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Press Release

Winter Haven Resident Convicted Of Obtaining U.S. Citizenship By Fraud

For Immediate Release
U.S. Attorney's Office, Middle District of Florida

Tampa, Florida – A federal jury yesterday found Enite Alindor a/k/a Odette Dureland (56, Winter Haven) guilty of obtaining her naturalization as a United States citizen contrary to law and making false statements in a proceeding relating to naturalization. Her sentencing hearing is scheduled for June 7, 2018.

According to the testimony and evidence presented at trial, Alindor, a citizen of Haiti, applied for asylum with the Immigration and Naturalization Service (INS) in Miami in February 1997. After the INS denied that application, the United States Immigration Court ordered her to be removed from the United States in absentia. Shortly thereafter, Alindor presented herself to the INS as “Odette Dureland” and filed for asylum protection under that new identity. She concealed the fact that she had previously applied for status in the United States as Enite Alindor, and concealed the fact that she was also under a final order of removal from the United States. U.S. Citizenship and Immigration Services personnel, unaware of the Alindor identity and order of removal, approved Dureland for citizenship in July 2012 and she was naturalized as a United States citizen under that name in July 2012.

“When individuals lie on immigration documents, the system is severely undermined and the security of our nation is put at risk,” said HSI Tampa Special Agent in Charge James C. Spero. “HSI places a high priority on investigating document and benefit fraud.”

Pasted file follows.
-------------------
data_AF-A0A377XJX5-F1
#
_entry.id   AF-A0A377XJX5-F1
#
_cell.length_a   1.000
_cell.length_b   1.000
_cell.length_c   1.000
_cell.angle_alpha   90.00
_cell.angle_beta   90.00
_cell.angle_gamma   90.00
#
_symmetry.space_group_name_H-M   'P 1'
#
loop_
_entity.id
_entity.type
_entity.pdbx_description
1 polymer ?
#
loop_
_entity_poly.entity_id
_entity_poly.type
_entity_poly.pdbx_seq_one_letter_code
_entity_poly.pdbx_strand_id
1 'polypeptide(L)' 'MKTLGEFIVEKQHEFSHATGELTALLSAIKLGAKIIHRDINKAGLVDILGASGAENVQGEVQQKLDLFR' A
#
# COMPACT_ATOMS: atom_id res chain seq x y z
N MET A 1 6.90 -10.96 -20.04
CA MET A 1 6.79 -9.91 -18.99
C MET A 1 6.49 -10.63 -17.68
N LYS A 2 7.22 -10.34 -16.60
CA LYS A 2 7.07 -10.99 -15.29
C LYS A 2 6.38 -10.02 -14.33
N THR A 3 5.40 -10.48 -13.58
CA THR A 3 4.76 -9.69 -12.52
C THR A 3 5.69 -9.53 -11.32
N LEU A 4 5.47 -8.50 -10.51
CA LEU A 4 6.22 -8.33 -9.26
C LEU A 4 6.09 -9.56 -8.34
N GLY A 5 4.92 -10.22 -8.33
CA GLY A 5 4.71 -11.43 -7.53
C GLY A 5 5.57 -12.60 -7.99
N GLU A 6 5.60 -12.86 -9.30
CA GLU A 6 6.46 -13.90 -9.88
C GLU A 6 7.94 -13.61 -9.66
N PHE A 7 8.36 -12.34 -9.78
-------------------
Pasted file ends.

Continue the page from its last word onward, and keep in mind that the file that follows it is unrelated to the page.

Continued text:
“The integrity of our nation’s legal immigration system is paramount,” said USCIS Tampa Acting District Director Tracy Tarango. “This conviction sends a clear message that attempting to fraudulently obtain U.S. citizenship will not be tolerated. Our nation’s citizens deserve nothing less.”

The investigation that led to this prosecution was part of “Operation Second Look”, a nationwide investigation conducted by the U.S. Department of Homeland Security, which has reviewed multiple cases across the United States of aliens who gained citizenship by concealing from the INS their prior orders of deportation and orders of removal from the United States.

This case was investigated by U.S. Immigration and Customs Enforcement’s Homeland Security Investigations, with assistance from the U.S. Citizenship and Immigration Services Fraud Detection and National Security group in Tampa, and the USCIS Asylum Office in Miami, Florida. It is being prosecuted by Assistant United States Attorney Jay L. Hoffer.

Updated March 2, 2018